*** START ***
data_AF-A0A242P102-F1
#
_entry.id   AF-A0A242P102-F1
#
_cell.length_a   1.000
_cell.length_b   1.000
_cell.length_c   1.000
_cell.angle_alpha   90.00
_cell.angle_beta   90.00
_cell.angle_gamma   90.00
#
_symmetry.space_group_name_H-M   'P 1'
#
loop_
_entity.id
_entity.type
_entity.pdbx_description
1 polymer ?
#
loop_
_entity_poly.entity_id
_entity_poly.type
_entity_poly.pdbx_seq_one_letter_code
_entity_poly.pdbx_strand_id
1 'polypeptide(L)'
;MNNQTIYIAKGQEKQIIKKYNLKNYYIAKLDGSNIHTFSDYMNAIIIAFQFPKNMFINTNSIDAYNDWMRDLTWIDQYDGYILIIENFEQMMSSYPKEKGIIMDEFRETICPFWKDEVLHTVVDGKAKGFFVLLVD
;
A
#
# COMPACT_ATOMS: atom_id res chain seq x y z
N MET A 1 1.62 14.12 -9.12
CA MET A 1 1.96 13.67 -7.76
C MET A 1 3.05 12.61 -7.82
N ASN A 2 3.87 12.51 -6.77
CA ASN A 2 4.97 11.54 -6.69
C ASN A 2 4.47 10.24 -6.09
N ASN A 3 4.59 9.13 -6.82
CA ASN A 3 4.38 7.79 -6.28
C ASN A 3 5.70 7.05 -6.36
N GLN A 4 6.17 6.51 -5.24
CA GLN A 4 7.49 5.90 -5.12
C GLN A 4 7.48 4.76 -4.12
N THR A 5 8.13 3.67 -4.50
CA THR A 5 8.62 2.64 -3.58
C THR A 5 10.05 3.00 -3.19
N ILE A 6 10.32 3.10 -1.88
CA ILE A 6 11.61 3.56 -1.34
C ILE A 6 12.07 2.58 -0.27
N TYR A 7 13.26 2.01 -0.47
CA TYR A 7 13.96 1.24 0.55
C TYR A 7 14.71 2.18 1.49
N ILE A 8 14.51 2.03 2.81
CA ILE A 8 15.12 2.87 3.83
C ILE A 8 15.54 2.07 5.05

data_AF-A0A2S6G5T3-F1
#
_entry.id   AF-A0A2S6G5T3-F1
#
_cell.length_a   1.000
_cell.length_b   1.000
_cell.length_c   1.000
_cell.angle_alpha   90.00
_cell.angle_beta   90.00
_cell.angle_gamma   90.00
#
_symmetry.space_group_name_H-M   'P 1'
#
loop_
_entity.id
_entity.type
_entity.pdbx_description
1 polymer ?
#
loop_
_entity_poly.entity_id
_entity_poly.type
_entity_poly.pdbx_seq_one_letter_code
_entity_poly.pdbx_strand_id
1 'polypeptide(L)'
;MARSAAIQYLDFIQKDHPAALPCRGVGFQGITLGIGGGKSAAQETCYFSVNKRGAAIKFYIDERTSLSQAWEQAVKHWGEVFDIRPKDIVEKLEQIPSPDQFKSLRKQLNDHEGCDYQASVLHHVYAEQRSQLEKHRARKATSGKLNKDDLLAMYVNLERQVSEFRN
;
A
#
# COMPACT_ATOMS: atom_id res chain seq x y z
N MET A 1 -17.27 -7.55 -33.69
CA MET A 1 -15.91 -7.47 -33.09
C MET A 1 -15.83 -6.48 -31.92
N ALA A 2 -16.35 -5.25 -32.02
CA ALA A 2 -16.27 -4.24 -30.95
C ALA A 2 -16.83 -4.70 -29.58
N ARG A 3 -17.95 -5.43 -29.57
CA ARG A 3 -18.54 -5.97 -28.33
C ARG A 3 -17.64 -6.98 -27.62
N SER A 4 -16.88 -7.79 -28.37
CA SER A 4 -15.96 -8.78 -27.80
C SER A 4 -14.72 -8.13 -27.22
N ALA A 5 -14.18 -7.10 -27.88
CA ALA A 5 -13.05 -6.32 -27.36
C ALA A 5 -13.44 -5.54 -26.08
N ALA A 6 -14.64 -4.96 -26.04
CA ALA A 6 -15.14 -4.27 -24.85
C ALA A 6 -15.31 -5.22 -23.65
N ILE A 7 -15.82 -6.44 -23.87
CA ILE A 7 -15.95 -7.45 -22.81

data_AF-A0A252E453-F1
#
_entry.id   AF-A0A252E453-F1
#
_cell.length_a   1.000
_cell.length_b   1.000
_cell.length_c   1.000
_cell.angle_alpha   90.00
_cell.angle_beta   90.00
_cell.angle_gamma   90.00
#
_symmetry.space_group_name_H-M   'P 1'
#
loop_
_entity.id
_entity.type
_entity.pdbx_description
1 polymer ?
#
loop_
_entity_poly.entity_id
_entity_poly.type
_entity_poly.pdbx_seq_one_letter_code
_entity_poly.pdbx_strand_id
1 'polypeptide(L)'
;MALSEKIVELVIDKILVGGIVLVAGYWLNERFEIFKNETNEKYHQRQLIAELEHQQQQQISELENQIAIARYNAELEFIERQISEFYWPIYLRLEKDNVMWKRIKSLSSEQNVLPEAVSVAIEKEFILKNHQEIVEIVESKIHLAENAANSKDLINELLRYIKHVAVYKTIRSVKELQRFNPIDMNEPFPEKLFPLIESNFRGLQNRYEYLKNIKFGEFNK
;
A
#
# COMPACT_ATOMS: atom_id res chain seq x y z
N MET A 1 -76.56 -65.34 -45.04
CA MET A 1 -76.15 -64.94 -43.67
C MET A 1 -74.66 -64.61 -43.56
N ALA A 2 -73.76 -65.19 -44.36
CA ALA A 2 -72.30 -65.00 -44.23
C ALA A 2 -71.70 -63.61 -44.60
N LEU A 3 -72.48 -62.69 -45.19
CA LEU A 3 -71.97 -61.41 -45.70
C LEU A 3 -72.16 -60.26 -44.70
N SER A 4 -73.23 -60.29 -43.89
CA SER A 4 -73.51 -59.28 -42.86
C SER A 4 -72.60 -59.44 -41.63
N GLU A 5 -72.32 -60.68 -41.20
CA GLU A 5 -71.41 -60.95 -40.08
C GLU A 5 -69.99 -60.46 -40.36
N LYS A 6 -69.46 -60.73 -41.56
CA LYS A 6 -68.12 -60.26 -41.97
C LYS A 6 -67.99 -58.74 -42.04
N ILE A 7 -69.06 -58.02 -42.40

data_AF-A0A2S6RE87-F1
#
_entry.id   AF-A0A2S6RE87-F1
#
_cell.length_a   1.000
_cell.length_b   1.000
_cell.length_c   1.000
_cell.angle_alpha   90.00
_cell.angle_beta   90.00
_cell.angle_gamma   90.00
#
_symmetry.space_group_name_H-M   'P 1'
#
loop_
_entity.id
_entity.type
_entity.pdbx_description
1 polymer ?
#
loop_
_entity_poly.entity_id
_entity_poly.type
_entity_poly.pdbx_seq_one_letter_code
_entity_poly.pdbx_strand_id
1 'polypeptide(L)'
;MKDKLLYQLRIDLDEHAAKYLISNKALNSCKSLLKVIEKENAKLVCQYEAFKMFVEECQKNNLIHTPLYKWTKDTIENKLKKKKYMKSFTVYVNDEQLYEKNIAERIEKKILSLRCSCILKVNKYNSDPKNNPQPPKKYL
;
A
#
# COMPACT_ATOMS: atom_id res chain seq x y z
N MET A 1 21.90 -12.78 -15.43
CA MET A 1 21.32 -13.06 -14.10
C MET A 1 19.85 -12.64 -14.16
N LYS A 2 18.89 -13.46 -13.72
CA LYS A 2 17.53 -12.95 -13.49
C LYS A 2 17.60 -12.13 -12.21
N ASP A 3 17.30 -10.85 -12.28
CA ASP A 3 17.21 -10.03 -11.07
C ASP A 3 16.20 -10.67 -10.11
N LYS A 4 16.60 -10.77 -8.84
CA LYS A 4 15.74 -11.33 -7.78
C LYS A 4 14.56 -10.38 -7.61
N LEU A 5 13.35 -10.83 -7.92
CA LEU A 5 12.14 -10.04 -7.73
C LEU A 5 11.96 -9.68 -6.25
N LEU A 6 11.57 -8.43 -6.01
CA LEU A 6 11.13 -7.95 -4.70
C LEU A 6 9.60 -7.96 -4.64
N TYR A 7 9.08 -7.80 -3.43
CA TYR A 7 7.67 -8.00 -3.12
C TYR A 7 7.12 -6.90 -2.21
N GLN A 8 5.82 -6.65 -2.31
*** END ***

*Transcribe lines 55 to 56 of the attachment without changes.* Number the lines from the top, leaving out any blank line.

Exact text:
data_AF-A0A2S6G5T3-F1
#